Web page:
Temporary lay off timeline extended to 26 weeks from 13… temporarily
Twila Reid and John Samms
On Friday, June 12, 2020, the Government of Newfoundland and Labrador announced it has extended the time period under section 50 of the Labour Standards Act (“the Act”) that converts a temporary layoff into a permanent termination.
The Order doubles the amount of time a person may be considered to have been temporarily laid off to 26 weeks from 13 weeks, so long as that timeframe is captured within a period of 33 consecutive weeks between March 18 and September 18, 2020. If a worker receives pay during the 33 week period, the number of days for which the employee is paid does not count toward the 26 week lay-off period. The deadline to make a complaint is extended to 12 months from the date the employee’s contract is terminated (the previous deadline was 6 months).
This is a temporary change as the Act itself has not been amended. The Lieutenant-Governor in Council made the Order through the Temporary Variation of Statutory Deadlines Order, made under the power of section 6 of the Temporary Variation of Statutory Deadlines Act, a creature of the provincial government’s COVID-19 response that impacts a myriad of statutory deadlines.
This move may temporarily ease some of the pressure on employers as the normal operation of the Act would have employers facing decisions to permanently terminate employees even though many businesses cannot operate as a result of ongoing COVID-19 restrictions. This change allows employers to take more time to consider how best to bring employees back to work or adjust their business in accordance with the so-called “new normal”.
Employers should seek specific legal advice to understand how the above Order is applicable to their particular circumstances, including what further notice(s) if any they should provide to laid off employees.
The Order, as published in the Gazette, states as follows:
The Temporary Variation of Statutory Deadlines Order is amended by adding immediately after section 4 the following:
4.1(1) Notwithstanding section 50 of the Labour Standards Act, where an employer temporarily lays off an employee on or after March 18, 2020 and before September 18, 2020 and the lay-off exceeds 26 weeks in a period of 33 consecutive weeks, the employee shall, for the purposes of Part X of that Act be considered to have been terminated at the beginning of the 26 week period.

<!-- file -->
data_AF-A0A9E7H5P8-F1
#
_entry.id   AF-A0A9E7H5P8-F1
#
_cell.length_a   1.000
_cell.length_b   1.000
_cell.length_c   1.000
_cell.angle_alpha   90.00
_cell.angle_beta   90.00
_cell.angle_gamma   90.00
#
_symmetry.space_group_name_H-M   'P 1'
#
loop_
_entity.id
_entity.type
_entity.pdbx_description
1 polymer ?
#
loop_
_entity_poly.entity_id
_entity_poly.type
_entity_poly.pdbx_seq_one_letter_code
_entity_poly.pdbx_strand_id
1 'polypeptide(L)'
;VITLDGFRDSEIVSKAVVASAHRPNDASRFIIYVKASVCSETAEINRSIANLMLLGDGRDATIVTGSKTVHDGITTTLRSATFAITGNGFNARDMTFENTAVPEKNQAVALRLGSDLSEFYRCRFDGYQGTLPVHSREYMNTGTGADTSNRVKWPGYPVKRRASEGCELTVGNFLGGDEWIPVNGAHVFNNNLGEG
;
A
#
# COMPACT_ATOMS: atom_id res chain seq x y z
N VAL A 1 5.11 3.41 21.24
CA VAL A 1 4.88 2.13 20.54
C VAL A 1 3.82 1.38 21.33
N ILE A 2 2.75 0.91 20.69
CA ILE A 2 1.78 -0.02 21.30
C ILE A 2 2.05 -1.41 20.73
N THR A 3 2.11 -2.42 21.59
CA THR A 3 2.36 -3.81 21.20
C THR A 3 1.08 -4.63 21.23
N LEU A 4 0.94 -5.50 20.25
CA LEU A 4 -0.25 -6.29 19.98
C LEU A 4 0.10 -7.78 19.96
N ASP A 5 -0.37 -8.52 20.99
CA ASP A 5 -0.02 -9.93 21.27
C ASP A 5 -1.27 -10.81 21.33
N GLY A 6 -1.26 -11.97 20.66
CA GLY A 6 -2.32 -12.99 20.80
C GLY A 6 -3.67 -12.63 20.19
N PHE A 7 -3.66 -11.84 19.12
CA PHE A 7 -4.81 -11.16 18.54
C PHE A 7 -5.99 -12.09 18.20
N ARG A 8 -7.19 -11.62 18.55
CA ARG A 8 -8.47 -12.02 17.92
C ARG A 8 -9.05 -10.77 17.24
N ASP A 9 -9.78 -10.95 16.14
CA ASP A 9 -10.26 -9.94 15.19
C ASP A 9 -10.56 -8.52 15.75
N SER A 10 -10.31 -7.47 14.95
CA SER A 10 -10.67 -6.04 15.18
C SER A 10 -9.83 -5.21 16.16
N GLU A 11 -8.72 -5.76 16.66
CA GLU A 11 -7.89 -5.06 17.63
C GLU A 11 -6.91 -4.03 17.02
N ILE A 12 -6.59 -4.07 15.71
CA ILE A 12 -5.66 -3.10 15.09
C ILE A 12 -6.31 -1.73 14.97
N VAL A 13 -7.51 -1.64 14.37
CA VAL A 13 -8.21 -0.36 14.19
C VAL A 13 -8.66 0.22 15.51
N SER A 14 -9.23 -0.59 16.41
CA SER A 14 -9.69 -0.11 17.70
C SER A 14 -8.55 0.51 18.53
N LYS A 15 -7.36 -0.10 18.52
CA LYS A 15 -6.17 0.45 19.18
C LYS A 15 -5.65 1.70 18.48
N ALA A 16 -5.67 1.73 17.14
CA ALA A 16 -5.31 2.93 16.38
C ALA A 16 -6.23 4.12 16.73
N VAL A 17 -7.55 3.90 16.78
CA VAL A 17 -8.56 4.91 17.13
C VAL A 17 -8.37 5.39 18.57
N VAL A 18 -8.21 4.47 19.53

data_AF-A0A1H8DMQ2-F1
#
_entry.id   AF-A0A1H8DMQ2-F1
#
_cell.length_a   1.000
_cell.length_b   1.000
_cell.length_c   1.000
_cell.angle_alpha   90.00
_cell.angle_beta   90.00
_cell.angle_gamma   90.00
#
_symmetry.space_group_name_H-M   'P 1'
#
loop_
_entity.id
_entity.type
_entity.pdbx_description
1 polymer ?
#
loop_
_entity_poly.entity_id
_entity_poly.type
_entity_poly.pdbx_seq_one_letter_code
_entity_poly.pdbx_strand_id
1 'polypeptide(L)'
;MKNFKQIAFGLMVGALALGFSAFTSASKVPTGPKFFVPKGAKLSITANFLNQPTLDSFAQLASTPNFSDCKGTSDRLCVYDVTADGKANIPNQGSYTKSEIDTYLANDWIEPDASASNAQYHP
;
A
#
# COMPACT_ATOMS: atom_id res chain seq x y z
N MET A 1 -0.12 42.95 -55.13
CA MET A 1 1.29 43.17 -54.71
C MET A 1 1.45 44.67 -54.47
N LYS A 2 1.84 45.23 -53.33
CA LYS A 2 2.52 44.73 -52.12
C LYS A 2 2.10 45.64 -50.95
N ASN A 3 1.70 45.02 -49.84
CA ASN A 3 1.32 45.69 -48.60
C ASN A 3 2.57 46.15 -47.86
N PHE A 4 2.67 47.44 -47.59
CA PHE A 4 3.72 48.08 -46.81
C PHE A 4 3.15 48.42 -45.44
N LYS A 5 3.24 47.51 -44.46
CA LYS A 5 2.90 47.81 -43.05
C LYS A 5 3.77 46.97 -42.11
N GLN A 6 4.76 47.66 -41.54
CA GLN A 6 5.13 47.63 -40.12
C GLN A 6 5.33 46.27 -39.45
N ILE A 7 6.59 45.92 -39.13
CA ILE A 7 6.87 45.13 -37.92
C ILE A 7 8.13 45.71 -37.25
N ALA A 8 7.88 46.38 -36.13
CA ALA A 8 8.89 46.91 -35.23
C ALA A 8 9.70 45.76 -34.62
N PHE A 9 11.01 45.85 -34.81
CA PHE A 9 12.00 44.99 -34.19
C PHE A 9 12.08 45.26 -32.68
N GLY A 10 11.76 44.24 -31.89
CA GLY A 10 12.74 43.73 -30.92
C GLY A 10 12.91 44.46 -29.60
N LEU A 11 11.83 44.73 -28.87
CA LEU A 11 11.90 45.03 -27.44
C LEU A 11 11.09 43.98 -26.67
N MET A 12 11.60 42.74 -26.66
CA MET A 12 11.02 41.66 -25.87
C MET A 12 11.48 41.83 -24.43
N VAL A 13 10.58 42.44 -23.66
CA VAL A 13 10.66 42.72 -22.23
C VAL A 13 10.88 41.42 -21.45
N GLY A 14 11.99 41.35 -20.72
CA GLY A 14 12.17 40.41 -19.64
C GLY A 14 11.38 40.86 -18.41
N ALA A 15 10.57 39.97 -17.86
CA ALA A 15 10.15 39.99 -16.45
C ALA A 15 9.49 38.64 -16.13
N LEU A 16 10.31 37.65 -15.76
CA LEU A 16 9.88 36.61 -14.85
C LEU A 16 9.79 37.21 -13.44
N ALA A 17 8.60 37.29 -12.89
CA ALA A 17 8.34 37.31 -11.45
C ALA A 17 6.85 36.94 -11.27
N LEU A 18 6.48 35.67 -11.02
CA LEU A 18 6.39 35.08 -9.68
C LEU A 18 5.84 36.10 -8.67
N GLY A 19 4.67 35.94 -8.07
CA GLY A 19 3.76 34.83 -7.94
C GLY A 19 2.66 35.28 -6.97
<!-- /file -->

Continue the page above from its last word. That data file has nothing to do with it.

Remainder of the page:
(2) For the purposes of subsection (1), a day during the period of 33 consecutive weeks for which an employee receives pay, including pay the employee receives for a public holiday occurring during that period, shall not be counted in the calculation of the 26 week lay-off period set out in subsection (1).
(3) Where the 6 month period referred to in subsection 62(3) of the Labour Standards Act falls on or after March 18, 2020 and before September 18, 2020, a person may, notwithstanding subsection 62(3) of that Act, file a complaint within 12 months of the date the employee’s contract is terminated.
This article is provided for general information only. If you have any questions about the above, please contact a member of our Labour and Employment group.
Click here to subscribe to Stewart McKelvey Thought Leadership articles and updates.
By Daniela Bassan, K.C. Daniela Bassan, K.C. is a Partner and Practice Group Chair at the law firm of Stewart McKelvey (Canada) where she focuses on intellectual property and complex, multi-jurisdictional dispute resolution. The premise…Read More
By Conor O’Neil and Maria Cummings On May 9, 2023, two bills were introduced in the New Brunswick Legislature that could have material affects on the construction industry. Bills 41 and 42, of the current…Read More
Author Sara Espinal Henao, an Immigration Lawyer in our Halifax office, will be speaking on a related panel, Labour Market Impact Assessments Overview and Current Trends, at the upcoming CBA Immigration Law Conference in Ottawa,…Read More
Author Brendan Sheridan, an Immigration Lawyer in our Halifax Office, will be running a related webinar on May 30, 2023, Avoiding immigration bloopers: A webinar for the film & television industry, in partnership with Screen…Read More
Whose information is it anyway? Implications of the York University decision on public and private sector privacy and confidentiality
Included in Discovery: Atlantic Education & the Law – Issue 12 By Charlotte Henderson Privacy and confidentiality requirements are some of the most important responsibilities of organizations today. An organization’s ability to properly manage information,…Read More
Included in Discovery: Atlantic Education & the Law – Issue 12 By Hilary Newman & Jacob Zelman A non-disclosure agreement, or “NDA”, is a legal contract in which two or more persons agree to keep the…Read More
By Graham Haynes & Isaac McLellan Introduction The Canadian federal budget was unveiled on Tuesday, March 28, 2023 (“Budget 2023”)1 , and proposes significant changes to the General Anti-Avoidance Rule (the “GAAR”) in Canadian tax…Read More
When closed doors make sense: Court dismisses challenge to university board’s procedure for in camera discussions
Included in Discovery: Atlantic Education & the Law – Issue 12 By Scott Campbell, Jennifer Taylor, Folu Adesanya A long-standing dispute over governance practices at the Cape Breton University Board of Governors was recently resolved…Read More
Included in Discovery: Atlantic Education & the Law – Issue 12 By Jon O’Kane & Emma Douglas These days it seems no one is immune from the threat of anonymous keyboard warriors posting untrue and…Read More
Included in Discovery: Atlantic Education & the Law – Issue 12 By Dante Manna Once known for recreational use, psychedelics are slowly gaining medical legitimacy as research emerges on possible therapeutic benefits for mental health…Read More